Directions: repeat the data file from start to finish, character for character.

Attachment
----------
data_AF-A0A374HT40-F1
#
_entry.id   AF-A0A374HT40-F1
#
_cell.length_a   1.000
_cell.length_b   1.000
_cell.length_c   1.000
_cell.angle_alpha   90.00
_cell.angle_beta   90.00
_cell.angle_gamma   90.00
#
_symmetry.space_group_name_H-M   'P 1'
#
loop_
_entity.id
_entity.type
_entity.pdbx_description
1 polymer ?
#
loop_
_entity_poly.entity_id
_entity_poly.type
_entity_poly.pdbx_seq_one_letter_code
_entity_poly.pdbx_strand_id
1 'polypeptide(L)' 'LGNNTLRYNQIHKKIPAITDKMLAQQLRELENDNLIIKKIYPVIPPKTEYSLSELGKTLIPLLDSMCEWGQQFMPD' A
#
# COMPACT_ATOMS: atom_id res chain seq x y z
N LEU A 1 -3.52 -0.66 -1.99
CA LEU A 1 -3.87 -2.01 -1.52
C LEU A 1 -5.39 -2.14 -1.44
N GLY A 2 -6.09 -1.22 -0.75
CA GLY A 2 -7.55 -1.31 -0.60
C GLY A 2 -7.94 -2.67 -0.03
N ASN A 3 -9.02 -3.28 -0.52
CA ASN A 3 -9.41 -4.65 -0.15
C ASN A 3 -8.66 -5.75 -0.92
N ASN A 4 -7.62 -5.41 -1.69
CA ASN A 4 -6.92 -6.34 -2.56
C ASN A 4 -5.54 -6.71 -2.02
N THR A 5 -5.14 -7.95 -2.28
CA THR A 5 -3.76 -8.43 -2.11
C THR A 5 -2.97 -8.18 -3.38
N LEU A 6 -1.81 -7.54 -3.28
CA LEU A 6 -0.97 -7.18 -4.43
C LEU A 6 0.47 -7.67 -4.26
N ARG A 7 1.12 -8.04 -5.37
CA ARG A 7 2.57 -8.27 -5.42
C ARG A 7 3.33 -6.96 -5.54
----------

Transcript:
data_AF-A0A374HT40-F1
#
_entry.id   AF-A0A374HT40-F1
#
_cell.length_a   1.000
_cell.length_b   1.000
_cell.length_c   1.000
_cell.angle_alpha   90.00
_cell.angle_beta   90.00
_cell.angle_gamma   90.00
#
_symmetry.space_group_name_H-M   'P 1'
#
loop_
_entity.id
_entity.type
_entity.pdbx_description
1 polymer ?
#
loop_
_entity_poly.entity_id
_entity_poly.type
_entity_poly.pdbx_seq_one_letter_code
_entity_poly.pdbx_strand_id
1 'polypeptide(L)' 'LGNNTLRYNQIHKKIPAITDKMLAQQLRELENDNLIIKKIYPVIPPKTEYSLSELGKTLIPLLDSMCEWGQQFMPD' A
#
# COMPACT_ATOMS: atom_id res chain seq x y z
N LEU A 1 -3.52 -0.66 -1.99
CA LEU A 1 -3.87 -2.01 -1.52
C LEU A 1 -5.39 -2.14 -1.44
N GLY A 2 -6.09 -1.22 -0.75
CA GLY A 2 -7.55 -1.31 -0.60
C GLY A 2 -7.94 -2.67 -0.03
N ASN A 3 -9.02 -3.28 -0.52
CA ASN A 3 -9.41 -4.65 -0.15
C ASN A 3 -8.66 -5.75 -0.92
N ASN A 4 -7.62 -5.41 -1.69
CA ASN A 4 -6.92 -6.34 -2.56
C ASN A 4 -5.54 -6.71 -2.02
N THR A 5 -5.14 -7.95 -2.28
CA THR A 5 -3.76 -8.43 -2.11
C THR A 5 -2.97 -8.18 -3.38
N LEU A 6 -1.81 -7.54 -3.28
CA LEU A 6 -0.97 -7.18 -4.43
C LEU A 6 0.47 -7.67 -4.26
N ARG A 7 1.12 -8.04 -5.37
CA ARG A 7 2.57 -8.27 -5.42
C ARG A 7 3.33 -6.96 -5.54